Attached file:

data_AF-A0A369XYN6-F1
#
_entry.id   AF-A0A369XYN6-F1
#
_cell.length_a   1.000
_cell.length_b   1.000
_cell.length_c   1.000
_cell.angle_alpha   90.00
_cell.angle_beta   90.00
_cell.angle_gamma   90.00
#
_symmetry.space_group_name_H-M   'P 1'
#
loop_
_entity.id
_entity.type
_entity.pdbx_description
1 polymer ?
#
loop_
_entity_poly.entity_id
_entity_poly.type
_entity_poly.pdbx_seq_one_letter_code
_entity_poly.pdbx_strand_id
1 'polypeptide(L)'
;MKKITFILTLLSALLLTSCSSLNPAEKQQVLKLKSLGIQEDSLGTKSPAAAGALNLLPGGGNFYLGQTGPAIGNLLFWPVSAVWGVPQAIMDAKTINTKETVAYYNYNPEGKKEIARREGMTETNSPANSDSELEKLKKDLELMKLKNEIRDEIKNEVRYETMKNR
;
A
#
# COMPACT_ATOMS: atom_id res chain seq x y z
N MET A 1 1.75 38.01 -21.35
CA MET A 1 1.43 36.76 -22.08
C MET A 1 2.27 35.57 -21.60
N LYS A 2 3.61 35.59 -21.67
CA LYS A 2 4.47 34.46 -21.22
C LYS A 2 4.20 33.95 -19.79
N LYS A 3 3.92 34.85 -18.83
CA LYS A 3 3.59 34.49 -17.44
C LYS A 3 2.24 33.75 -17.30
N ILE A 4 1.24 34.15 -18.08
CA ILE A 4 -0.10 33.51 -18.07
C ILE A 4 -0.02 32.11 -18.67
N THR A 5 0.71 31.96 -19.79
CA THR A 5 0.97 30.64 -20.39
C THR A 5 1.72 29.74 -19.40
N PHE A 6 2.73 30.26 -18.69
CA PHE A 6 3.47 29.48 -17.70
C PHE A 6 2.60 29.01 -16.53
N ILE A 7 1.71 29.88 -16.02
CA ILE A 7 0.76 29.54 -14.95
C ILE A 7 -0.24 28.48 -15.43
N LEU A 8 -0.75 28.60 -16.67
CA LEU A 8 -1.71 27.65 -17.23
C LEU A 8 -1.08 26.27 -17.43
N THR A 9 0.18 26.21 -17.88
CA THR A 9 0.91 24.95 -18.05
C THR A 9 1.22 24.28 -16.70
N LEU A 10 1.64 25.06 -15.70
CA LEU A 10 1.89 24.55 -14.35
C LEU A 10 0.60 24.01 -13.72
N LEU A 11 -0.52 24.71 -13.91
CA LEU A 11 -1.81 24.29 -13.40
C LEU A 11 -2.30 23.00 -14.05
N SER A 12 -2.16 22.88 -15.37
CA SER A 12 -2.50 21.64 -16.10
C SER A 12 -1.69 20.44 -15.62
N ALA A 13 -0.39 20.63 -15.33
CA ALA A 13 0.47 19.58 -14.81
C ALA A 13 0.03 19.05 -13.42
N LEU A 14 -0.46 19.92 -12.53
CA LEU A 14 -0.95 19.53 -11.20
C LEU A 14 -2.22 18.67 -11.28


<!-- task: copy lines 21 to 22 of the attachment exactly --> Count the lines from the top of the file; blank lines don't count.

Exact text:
_entity_poly.entity_id
_entity_poly.type